J. K. Elliott
This inappropriate word is used conventionally to refer to sayings of Jesus not found in the canonical Gospels. Collections of agrapha have included words of Jesus that are found elsewhere in the New Testament canon (e.g. at Acts 20: 35 ) in individual manuscripts of the Greek New Testament (e.g. the longer text after Luke 6: 4 in Codex Bezae; the Freer logion in the longer ending of Mark), in the apocryphal texts, and in patristic works.
The relevance of including such material in a volume of apocryphal texts is debatable. Much of the material really belongs to the realm of New Testament textual criticism; other passages are best considered within a study of the individual patristic works. Yet convention seems to require at least a token recognition that such a category belongs in a collection of apocryphal material. This has been the case since Resch's pioneering work assembling such material. His second edition of 1906 included nearly 200 agrapha mainly from patristic sources. Ropes is credited with having provided an antidote to Resch's over‐enthusiastic but often uncritical collection, by separating material likely to be authentic from that which is obviously secondary. Ropes eliminated many of Resch's agrapha and divided the remainder into valueless agrapha, possibly valuable agrapha, and valuable agrapha. The refining process was continued by Jeremias both in his Unbekannte Jesusworte and even more so in his section on the agrapha in Hennecke–Schneemelcher3. The process has been furthered by Jeremias' successor, Hofius, in Hennecke5, where only seven agrapha are included. The criterion for the selection there seems to be their possible authenticity. Such a criterion is of interest in so far that it is theoretically possible that some ipsissima verba of Jesus continued to circulate independently as stray survivals from an unwritten tradition, and even after the circulation of the canonical Gospels, until they were eventually incorporated into later writings, but ‘authenticity’ and ‘originality’ are not normally the criteria applied to the selection of apocryphal texts. (Few would pass those tests!)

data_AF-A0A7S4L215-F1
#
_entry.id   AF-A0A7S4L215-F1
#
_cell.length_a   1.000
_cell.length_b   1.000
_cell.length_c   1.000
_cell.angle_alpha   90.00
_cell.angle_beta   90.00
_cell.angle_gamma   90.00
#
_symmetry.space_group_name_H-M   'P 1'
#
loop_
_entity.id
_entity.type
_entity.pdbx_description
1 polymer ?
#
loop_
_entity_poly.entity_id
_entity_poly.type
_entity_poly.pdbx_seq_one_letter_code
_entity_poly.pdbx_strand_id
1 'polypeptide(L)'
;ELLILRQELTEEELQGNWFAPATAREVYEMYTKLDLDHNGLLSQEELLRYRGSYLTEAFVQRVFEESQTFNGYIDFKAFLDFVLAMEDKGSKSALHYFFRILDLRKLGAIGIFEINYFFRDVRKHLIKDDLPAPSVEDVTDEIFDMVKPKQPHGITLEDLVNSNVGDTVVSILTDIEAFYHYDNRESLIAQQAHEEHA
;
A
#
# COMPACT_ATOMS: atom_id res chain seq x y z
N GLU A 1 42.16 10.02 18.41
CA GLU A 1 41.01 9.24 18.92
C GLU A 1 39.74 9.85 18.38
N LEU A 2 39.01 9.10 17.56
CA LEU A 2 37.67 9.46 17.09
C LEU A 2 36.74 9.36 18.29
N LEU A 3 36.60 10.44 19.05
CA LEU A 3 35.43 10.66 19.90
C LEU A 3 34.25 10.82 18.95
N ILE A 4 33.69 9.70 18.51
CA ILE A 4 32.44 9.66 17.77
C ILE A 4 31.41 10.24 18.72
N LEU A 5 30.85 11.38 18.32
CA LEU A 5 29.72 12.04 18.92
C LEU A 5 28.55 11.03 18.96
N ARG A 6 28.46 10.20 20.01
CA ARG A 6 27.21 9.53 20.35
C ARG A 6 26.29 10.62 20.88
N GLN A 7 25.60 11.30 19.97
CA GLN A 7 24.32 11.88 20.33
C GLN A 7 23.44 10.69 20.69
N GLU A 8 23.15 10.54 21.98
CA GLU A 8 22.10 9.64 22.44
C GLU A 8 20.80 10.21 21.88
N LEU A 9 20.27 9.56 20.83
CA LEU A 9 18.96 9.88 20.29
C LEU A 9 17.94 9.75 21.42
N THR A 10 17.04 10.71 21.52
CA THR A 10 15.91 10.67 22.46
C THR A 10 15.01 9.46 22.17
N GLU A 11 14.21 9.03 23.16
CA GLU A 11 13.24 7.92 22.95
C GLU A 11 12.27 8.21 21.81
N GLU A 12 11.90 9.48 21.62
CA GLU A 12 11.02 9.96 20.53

Agrapha illustrate the growth of tradition and the accretion of legend, as do the apocryphal texts themselves. Some may represent early tradition, which might be authentic; some result from false attribution (e.g. 1 Cor. 2: 9 appears as a saying of Jesus in Gospel of Thomas 17); some, embedded in apocryphal works, may have been composed ad hoc for the work concerned (and would have no claim to authenticity).
Included below is a sample of agrapha from the New Testament text and manuscripts and from patristic sources. Sayings found in papyrus fragments of apocryphal texts, in the apocryphal infancy narratives, the Gospel of Peter, the Gospel of Nicodemus, and the like are to be found in their respective sections of this volume. Sayings in the Talmud and in Islamic sources are not included in this volume (but see the final section of the bibliography below).